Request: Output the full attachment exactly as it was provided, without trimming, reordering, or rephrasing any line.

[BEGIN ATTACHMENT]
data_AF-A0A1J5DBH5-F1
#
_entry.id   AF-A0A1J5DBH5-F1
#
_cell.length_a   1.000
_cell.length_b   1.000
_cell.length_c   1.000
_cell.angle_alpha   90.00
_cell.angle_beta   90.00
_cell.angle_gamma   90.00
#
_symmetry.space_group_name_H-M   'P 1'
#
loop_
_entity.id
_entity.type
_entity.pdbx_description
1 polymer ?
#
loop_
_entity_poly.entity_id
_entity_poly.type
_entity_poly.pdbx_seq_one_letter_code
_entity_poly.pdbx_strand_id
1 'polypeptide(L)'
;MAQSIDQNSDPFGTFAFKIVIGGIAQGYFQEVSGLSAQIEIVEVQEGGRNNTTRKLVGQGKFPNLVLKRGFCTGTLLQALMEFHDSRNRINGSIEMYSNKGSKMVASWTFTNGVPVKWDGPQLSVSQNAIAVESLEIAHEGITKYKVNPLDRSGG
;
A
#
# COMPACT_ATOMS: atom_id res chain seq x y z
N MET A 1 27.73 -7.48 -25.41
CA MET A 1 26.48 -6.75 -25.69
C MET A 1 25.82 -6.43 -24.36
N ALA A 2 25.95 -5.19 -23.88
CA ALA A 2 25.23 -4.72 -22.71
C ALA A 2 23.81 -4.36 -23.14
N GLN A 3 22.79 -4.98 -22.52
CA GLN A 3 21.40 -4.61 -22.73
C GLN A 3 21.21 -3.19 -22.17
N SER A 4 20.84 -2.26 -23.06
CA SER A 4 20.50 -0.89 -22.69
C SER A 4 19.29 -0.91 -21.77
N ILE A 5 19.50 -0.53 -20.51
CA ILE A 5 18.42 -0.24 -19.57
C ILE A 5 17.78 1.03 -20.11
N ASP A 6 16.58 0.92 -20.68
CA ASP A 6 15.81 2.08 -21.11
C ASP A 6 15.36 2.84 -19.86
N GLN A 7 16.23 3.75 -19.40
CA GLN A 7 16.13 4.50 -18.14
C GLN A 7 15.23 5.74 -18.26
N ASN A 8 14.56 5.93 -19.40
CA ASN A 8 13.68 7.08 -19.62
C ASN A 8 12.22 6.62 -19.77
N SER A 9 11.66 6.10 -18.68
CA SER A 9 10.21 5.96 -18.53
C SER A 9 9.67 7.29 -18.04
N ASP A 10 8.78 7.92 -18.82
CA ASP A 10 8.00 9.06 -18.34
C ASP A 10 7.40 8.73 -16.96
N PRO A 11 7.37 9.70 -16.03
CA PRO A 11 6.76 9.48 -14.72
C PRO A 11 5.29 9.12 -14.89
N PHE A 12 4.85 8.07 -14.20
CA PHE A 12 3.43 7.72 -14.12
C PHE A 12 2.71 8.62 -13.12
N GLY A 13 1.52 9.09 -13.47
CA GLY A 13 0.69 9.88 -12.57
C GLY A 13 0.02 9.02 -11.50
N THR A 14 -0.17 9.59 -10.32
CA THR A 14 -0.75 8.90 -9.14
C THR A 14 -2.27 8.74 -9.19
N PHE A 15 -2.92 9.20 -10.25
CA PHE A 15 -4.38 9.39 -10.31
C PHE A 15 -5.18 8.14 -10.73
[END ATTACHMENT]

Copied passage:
data_AF-A0A1J5DBH5-F1
#
_entry.id   AF-A0A1J5DBH5-F1
#
_cell.length_a   1.000
_cell.length_b   1.000
_cell.length_c   1.000
_cell.angle_alpha   90.00
_cell.angle_beta   90.00
_cell.angle_gamma   90.00
#
_symmetry.space_group_name_H-M   'P 1'
#
loop_
_entity.id
_entity.type
_entity.pdbx_description
1 polymer ?
#
loop_
_entity_poly.entity_id
_entity_poly.type
_entity_poly.pdbx_seq_one_letter_code
_entity_poly.pdbx_strand_id
1 'polypeptide(L)'
;MAQSIDQNSDPFGTFAFKIVIGGIAQGYFQEVSGLSAQIEIVEVQEGGRNNTTRKLVGQGKFPNLVLKRGFCTGTLLQALMEFHDSRNRINGSIEMYSNKGSKMVASWTFTNGVPVKWDGPQLSVSQNAIAVESLEIAHEGITKYKVNPLDRSGG
;
A
#
# COMPACT_ATOMS: atom_id res chain seq x y z
N MET A 1 27.73 -7.48 -25.41
CA MET A 1 26.48 -6.75 -25.69
C MET A 1 25.82 -6.43 -24.36
N ALA A 2 25.95 -5.19 -23.88
CA ALA A 2 25.23 -4.72 -22.71
C ALA A 2 23.81 -4.36 -23.14
N GLN A 3 22.79 -4.98 -22.52
CA GLN A 3 21.40 -4.61 -22.73
C GLN A 3 21.21 -3.19 -22.17
N SER A 4 20.84 -2.26 -23.06
CA SER A 4 20.50 -0.89 -22.69
C SER A 4 19.29 -0.91 -21.77
N ILE A 5 19.50 -0.53 -20.51
CA ILE A 5 18.42 -0.24 -19.57
C ILE A 5 17.78 1.03 -20.11
N ASP A 6 16.58 0.92 -20.68
CA ASP A 6 15.81 2.08 -21.11
C ASP A 6 15.36 2.84 -19.86
N GLN A 7 16.23 3.75 -19.40
CA GLN A 7 16.13 4.50 -18.14
C GLN A 7 15.23 5.74 -18.26
N ASN A 8 14.56 5.93 -19.40
CA ASN A 8 13.68 7.08 -19.62
C ASN A 8 12.22 6.62 -19.77
N SER A 9 11.66 6.10 -18.68
CA SER A 9 10.21 5.96 -18.53
C SER A 9 9.67 7.29 -18.04
N ASP A 10 8.78 7.92 -18.82
CA ASP A 10 8.00 9.06 -18.34
C ASP A 10 7.40 8.73 -16.96
N PRO A 11 7.37 9.70 -16.03
CA PRO A 11 6.76 9.48 -14.72
C PRO A 11 5.29 9.12 -14.89
N PHE A 12 4.85 8.07 -14.20
CA PHE A 12 3.43 7.72 -14.12
C PHE A 12 2.71 8.62 -13.12
N GLY A 13 1.52 9.09 -13.47
CA GLY A 13 0.69 9.88 -12.57
C GLY A 13 0.02 9.02 -11.50
N THR A 14 -0.17 9.59 -10.32
CA THR A 14 -0.75 8.90 -9.14
C THR A 14 -2.27 8.74 -9.19
N PHE A 15 -2.92 9.20 -10.25
CA PHE A 15 -4.38 9.39 -10.31
C PHE A 15 -5.18 8.14 -10.73